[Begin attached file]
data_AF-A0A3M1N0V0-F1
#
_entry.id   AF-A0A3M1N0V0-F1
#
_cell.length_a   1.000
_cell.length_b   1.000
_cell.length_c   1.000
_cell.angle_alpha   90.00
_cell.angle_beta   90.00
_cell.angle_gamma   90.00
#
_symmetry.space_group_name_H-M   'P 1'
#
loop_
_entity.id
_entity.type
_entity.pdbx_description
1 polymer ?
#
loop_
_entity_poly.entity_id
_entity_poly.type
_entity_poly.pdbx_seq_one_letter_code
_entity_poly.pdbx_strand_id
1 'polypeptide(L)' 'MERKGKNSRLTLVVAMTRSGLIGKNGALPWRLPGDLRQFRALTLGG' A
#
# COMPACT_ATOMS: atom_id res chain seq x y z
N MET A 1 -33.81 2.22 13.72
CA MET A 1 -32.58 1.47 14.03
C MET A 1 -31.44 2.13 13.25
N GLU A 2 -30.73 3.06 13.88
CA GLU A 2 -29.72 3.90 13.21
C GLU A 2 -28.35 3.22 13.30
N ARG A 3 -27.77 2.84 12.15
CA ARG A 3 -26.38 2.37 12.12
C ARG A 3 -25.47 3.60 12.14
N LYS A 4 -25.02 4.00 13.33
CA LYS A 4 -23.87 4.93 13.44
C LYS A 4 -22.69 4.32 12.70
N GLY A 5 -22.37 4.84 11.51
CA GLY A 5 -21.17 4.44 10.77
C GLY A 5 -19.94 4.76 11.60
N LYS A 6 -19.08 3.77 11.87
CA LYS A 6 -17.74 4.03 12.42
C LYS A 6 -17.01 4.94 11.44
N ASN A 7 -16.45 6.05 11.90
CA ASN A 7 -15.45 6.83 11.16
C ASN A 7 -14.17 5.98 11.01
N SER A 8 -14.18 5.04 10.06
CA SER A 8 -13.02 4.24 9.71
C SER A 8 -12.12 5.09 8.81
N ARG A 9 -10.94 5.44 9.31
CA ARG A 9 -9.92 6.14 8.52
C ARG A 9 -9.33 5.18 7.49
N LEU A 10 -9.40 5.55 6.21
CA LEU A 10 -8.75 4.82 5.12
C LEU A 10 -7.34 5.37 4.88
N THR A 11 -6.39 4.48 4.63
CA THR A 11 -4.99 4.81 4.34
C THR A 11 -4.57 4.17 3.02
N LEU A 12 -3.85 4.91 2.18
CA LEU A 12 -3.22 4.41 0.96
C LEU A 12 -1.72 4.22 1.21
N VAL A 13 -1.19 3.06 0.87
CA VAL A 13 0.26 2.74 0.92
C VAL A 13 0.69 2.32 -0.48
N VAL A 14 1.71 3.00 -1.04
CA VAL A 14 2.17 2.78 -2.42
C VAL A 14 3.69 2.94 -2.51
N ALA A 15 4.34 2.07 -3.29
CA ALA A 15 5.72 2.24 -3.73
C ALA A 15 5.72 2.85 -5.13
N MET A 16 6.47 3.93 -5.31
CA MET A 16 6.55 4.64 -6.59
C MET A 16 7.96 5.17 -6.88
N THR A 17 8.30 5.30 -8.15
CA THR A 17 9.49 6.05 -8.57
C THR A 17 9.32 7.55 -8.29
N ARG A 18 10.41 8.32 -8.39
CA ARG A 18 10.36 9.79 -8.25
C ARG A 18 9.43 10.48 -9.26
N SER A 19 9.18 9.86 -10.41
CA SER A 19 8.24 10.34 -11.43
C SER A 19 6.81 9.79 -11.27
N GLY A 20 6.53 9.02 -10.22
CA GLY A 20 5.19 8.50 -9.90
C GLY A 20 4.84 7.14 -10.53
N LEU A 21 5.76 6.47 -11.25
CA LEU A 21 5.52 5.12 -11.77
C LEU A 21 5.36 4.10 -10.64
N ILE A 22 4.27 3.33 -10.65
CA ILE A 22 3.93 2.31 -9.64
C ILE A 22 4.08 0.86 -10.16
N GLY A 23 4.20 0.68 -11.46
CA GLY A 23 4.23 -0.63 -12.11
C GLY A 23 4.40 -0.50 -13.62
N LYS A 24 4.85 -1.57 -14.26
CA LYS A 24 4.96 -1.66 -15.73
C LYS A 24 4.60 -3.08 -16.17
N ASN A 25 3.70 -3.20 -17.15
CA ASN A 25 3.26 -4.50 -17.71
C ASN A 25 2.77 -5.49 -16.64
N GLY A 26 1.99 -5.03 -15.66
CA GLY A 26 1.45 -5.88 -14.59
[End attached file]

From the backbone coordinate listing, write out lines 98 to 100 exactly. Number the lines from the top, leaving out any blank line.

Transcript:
CA LYS A 24 4.96 -1.66 -15.73
C LYS A 24 4.60 -3.08 -16.17
N ASN A 25 3.70 -3.20 -17.15